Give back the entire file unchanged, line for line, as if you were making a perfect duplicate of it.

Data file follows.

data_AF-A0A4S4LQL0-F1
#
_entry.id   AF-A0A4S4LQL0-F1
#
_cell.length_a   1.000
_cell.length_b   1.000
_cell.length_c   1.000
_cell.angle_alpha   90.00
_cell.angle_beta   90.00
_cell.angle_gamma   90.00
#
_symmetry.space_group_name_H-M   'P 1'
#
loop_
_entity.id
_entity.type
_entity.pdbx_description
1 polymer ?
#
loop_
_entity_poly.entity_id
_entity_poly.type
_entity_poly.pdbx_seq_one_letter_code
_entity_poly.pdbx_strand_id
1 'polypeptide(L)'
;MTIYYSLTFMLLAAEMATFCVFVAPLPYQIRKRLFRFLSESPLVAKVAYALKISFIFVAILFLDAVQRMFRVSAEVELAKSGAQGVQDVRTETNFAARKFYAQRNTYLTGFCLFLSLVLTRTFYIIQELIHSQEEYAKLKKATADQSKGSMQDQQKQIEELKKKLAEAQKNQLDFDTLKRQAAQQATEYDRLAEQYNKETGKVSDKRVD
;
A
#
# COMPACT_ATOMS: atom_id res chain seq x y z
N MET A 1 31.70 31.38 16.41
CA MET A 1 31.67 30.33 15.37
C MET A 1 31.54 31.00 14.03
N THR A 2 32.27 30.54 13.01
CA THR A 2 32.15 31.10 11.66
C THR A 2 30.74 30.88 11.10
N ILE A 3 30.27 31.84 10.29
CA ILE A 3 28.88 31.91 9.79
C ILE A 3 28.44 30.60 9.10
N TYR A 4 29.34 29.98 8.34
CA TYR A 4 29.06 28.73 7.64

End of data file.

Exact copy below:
data_AF-A0A4S4LQL0-F1
#
_entry.id   AF-A0A4S4LQL0-F1
#
_cell.length_a   1.000
_cell.length_b   1.000
_cell.length_c   1.000
_cell.angle_alpha   90.00
_cell.angle_beta   90.00
_cell.angle_gamma   90.00
#
_symmetry.space_group_name_H-M   'P 1'
#
loop_
_entity.id
_entity.type
_entity.pdbx_description
1 polymer ?
#
loop_
_entity_poly.entity_id
_entity_poly.type
_entity_poly.pdbx_seq_one_letter_code
_entity_poly.pdbx_strand_id
1 'polypeptide(L)'
;MTIYYSLTFMLLAAEMATFCVFVAPLPYQIRKRLFRFLSESPLVAKVAYALKISFIFVAILFLDAVQRMFRVSAEVELAKSGAQGVQDVRTETNFAARKFYAQRNTYLTGFCLFLSLVLTRTFYIIQELIHSQEEYAKLKKATADQSKGSMQDQQKQIEELKKKLAEAQKNQLDFDTLKRQAAQQATEYDRLAEQYNKETGKVSDKRVD
;
A
#
# COMPACT_ATOMS: atom_id res chain seq x y z
N MET A 1 31.70 31.38 16.41
CA MET A 1 31.67 30.33 15.37
C MET A 1 31.54 31.00 14.03
N THR A 2 32.27 30.54 13.01
CA THR A 2 32.15 31.10 11.66
C THR A 2 30.74 30.88 11.10
N ILE A 3 30.27 31.84 10.29
CA ILE A 3 28.88 31.91 9.79
C ILE A 3 28.44 30.60 9.10
N TYR A 4 29.34 29.98 8.34
CA TYR A 4 29.06 28.73 7.64